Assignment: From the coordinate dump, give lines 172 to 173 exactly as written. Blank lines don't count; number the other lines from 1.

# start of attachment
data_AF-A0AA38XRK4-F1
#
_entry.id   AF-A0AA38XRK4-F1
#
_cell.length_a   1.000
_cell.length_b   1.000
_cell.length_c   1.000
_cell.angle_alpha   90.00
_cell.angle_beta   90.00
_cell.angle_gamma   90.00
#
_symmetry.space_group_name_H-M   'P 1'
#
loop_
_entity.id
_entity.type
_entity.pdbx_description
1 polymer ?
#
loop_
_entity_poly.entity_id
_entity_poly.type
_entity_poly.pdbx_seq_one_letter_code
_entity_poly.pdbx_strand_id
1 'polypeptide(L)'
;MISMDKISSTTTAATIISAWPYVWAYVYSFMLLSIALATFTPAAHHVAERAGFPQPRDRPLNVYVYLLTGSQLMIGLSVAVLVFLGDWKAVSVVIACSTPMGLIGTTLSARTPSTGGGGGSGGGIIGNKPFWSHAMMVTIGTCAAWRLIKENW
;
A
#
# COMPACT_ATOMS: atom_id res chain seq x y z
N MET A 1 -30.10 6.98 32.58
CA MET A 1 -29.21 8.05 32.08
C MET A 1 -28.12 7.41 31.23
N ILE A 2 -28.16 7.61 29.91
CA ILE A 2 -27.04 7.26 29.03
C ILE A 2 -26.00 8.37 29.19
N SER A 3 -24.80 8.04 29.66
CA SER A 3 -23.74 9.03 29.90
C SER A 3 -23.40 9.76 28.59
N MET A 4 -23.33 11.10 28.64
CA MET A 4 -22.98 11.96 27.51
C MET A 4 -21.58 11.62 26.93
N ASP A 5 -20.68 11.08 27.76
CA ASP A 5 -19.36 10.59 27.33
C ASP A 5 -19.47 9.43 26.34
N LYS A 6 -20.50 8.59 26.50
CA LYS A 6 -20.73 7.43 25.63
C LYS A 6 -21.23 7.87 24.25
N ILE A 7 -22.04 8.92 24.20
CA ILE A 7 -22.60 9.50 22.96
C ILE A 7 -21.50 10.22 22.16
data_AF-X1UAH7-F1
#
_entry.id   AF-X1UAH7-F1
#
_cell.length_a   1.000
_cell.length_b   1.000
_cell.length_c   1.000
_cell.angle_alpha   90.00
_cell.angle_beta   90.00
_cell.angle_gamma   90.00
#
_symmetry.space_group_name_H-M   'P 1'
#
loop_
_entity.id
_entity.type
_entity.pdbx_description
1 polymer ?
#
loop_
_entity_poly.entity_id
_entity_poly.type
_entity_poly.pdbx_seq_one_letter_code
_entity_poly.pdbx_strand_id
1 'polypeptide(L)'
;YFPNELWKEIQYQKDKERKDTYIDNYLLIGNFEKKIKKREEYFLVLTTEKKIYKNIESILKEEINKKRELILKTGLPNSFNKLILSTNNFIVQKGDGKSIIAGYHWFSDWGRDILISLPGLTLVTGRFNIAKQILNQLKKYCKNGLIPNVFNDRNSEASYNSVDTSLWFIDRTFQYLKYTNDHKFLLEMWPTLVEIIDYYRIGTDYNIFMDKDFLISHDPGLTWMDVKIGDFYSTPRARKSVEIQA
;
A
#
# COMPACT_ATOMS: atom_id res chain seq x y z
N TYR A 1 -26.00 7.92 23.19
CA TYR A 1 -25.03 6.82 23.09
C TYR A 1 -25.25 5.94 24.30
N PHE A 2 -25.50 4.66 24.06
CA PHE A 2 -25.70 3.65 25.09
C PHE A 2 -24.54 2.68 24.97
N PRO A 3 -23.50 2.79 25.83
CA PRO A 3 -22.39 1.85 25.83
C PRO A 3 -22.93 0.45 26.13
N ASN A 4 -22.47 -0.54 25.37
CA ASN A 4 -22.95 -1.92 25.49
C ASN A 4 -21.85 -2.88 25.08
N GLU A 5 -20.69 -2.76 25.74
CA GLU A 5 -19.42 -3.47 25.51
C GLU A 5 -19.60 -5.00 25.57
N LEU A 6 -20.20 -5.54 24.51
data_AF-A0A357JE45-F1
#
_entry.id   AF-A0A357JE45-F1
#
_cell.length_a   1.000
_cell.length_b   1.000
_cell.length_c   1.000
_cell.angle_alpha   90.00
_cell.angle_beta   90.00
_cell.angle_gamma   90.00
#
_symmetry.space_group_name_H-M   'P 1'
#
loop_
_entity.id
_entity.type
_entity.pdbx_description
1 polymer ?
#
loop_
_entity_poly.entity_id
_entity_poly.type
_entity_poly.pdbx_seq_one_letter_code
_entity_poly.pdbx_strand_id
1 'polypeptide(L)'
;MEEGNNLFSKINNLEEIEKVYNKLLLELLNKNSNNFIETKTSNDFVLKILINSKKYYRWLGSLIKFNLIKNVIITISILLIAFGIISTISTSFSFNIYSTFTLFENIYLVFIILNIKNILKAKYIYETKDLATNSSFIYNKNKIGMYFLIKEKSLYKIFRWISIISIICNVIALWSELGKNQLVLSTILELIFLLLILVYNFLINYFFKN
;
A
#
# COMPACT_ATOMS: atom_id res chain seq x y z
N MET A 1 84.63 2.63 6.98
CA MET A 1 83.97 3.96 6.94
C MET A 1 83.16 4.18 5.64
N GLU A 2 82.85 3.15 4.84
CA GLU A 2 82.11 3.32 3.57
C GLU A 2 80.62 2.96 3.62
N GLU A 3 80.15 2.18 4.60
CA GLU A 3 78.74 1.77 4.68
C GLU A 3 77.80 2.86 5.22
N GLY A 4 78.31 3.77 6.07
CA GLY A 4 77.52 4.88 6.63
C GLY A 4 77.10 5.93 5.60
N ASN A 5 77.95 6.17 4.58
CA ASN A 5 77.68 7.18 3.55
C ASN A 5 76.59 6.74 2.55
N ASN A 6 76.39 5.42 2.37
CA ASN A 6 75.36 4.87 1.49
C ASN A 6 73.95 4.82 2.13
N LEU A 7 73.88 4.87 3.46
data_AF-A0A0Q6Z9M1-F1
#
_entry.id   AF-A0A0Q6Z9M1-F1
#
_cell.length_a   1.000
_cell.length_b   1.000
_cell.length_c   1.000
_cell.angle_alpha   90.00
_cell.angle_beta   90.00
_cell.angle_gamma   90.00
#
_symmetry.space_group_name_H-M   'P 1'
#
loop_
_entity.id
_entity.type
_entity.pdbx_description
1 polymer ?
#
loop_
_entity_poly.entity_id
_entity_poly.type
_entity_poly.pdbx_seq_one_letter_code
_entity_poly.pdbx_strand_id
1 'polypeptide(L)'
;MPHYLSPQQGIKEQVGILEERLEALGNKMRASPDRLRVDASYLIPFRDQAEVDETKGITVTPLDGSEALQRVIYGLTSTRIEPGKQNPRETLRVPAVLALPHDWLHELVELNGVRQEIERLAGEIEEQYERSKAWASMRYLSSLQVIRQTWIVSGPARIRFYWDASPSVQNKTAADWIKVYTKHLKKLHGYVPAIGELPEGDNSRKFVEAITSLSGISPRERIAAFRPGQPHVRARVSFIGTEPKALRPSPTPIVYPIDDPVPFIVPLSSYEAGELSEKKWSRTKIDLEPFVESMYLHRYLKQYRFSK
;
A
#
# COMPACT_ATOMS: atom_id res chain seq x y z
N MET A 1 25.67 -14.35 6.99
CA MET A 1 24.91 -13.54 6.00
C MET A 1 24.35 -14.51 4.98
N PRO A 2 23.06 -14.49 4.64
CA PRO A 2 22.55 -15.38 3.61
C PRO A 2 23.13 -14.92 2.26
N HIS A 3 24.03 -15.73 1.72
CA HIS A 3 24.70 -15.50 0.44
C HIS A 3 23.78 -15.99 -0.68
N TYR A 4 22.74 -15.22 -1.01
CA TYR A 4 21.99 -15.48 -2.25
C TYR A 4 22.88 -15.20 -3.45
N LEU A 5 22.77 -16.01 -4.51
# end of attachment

;MPHYLSPQQGIKEQVGILEERLEALGNKMRASPDRLRVDASYLIPFRDQAEVDETKGITVTPLDGSEALQRVIYGLTSTRIEPGKQNPRETLRVPAVLALPHDWLHELVELNGVRQEIERLAGEIEEQYERSKAWASMRYLSSLQVIRQTWIVSGPARIRFYWDASPSVQNKTAADWIKVYTKHLKKLHGYVPAIGELPEGDNSRKFVEAITSLSGISPRERIAAFRPGQPHVRARVSFIGTEPKALRPSPTPIVYPIDDPVPFIVPLSSYEAGELSEKKWSRTKIDLEPFVESMYLHRYLKQYRFSK
;